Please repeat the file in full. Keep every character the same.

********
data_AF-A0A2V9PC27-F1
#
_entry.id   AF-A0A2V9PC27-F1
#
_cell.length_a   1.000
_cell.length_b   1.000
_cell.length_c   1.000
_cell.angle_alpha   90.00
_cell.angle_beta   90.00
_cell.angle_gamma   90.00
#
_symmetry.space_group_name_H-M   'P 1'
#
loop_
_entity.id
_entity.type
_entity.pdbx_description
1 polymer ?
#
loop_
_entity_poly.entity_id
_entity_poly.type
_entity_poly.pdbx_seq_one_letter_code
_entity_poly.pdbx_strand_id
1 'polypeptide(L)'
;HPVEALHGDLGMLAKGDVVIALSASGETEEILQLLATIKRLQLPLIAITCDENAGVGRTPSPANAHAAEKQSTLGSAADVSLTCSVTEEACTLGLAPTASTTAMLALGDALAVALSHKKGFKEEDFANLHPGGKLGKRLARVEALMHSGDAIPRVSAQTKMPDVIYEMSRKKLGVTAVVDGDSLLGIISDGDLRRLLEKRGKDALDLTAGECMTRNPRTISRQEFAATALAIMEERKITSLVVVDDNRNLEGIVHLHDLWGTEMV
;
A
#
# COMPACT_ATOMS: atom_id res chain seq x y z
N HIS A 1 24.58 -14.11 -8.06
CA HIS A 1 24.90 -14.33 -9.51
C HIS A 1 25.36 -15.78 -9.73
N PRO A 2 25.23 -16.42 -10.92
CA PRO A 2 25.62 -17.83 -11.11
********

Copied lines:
data_AF-A0A2V9PC27-F1
#
_entry.id   AF-A0A2V9PC27-F1
#
_cell.length_a   1.000
_cell.length_b   1.000
_cell.length_c   1.000
_cell.angle_alpha   90.00
_cell.angle_beta   90.00
_cell.angle_gamma   90.00
#
_symmetry.space_group_name_H-M   'P 1'
#
loop_
_entity.id
_entity.type
_entity.pdbx_description
1 polymer ?
#
loop_
_entity_poly.entity_id
_entity_poly.type
_entity_poly.pdbx_seq_one_letter_code
_entity_poly.pdbx_strand_id
1 'polypeptide(L)'
;HPVEALHGDLGMLAKGDVVIALSASGETEEILQLLATIKRLQLPLIAITCDENAGVGRTPSPANAHAAEKQSTLGSAADVSLTCSVTEEACTLGLAPTASTTAMLALGDALAVALSHKKGFKEEDFANLHPGGKLGKRLARVEALMHSGDAIPRVSAQTKMPDVIYEMSRKKLGVTAVVDGDSLLGIISDGDLRRLLEKRGKDALDLTAGECMTRNPRTISRQEFAATALAIMEERKITSLVVVDDNRNLEGIVHLHDLWGTEMV
;
A
#
# COMPACT_ATOMS: atom_id res chain seq x y z
N HIS A 1 24.58 -14.11 -8.06
CA HIS A 1 24.90 -14.33 -9.51
C HIS A 1 25.36 -15.78 -9.73
N PRO A 2 25.23 -16.42 -10.92
CA PRO A 2 25.62 -17.83 -11.11